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Comment LC-1064

From: Gian Sampson-Wild <gian@tkh.com.au>
Date: Sat, 7 Jul 2007 01:28:14 +1000
To: "'Loretta Guarino Reid'" <lorettaguarino@google.com>
Cc: <public-comments-WCAG20@w3.org>
Message-ID: <006101c7bfe2$48e43d20$b300a8c0@tkhcomputer>

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Comment 41:

Source: http://www.w3.org/mid/000901c69538$2e394450$f4c9b23a@tkhcomputer
(Issue ID: LC-1064)

4.1: There should be (preferably at Level 1) a requirement for content to
validate

Proposed Change:

Create a Level 1 SC requiring validation

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Response from Working Group:
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The working group looked at this topic carefully over an extended period of
time and concluded that requiring strict adherence to all aspects of
specifications does not necessarily result in an increase in accessibility.
For example, it is possible to create invalid pages that present no
accessibility barriers. It is also possible in certain situations to enhance
accessibility through the use of markup that is not part of the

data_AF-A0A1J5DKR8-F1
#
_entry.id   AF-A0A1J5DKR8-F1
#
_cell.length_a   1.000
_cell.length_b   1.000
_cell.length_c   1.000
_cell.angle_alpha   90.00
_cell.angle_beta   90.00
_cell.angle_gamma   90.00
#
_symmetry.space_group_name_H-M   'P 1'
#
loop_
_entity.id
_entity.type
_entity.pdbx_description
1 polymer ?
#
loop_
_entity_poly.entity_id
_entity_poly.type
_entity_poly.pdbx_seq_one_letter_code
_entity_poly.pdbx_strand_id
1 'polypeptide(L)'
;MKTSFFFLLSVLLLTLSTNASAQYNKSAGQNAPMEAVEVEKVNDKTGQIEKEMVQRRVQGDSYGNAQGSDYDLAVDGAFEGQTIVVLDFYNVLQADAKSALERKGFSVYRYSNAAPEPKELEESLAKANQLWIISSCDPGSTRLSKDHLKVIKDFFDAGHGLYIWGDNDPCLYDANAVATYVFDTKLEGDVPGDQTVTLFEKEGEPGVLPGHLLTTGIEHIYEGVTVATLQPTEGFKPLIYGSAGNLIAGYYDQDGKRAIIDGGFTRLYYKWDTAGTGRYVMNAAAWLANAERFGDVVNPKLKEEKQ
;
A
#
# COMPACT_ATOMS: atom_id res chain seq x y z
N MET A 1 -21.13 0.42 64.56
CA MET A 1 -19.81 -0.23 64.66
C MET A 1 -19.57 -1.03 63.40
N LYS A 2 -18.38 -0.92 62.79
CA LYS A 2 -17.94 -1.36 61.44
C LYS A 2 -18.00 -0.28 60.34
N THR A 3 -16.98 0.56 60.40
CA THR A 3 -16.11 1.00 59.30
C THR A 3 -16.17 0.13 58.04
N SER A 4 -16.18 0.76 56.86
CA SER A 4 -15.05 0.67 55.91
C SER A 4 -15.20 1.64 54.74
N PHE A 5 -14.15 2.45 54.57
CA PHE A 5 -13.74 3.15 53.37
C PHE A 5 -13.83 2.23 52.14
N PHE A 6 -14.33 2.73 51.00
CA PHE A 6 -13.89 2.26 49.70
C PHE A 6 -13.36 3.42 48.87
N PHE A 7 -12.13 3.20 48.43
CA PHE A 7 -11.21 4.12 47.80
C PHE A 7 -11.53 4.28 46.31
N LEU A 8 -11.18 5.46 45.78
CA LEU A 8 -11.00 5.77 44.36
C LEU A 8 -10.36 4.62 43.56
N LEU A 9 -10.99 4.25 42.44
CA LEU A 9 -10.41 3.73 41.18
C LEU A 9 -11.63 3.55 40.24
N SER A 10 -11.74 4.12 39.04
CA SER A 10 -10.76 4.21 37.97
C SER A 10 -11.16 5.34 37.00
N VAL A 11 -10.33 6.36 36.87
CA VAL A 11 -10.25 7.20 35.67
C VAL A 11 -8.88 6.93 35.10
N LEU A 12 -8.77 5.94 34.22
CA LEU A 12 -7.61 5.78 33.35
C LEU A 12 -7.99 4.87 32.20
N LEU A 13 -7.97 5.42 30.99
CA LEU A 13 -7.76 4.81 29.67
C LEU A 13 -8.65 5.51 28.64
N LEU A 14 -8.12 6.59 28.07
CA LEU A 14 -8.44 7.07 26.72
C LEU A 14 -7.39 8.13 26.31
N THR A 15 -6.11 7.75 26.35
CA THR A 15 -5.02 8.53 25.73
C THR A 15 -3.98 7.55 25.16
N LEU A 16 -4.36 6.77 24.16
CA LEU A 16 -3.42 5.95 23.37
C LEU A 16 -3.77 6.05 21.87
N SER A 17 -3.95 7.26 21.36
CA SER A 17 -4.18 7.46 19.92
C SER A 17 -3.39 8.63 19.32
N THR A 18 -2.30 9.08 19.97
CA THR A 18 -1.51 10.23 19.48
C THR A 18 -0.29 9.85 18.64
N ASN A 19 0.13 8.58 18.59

specification.

The working group must work within its charter and only include things that
directly affected accessibility. Some aspects of "use technologies according
to specification" and validity do relate to accessibility. However, others
do not. So requiring validity would take us beyond our charter. We do
recommend it though and it is our number one technique listed for conforming
to SC 4.1.1.
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Response from GSW:
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The points you raise here could be applied to numerous SC within WCAG2. For
instance it is possible to provide a site with images that do not have any
ALT attributes (a violation of Guideline 1.1.1) and not present any
accessibility barriers - for instance if the images were all spacer gifs. 

It is also possible to enhance accessibility in some situations by violating
any number of SC - for instance when providing videos to people with
cognitive disabilities to convey information provided in the text (this does
not therefore need a text equivalent but it doesn't need to be marked up
with captions and audio descriptions). There is an exception in WCAG2 for
this latter example as there could be for validity. I see nothing wrong with
saying "produce valid documents except where additional accessibility
features force invalid code".

As for the Working Group working within its charter - there are also many
situations where you could argue that SC do not *entirely* relate to
accessibility. Error prevention would be one example. Even alt attributes do
not relate entirely to accessibility due to their use as a tool tip in
several major browsers.
Received on Friday, 6 July 2007 15:28:35 UTC

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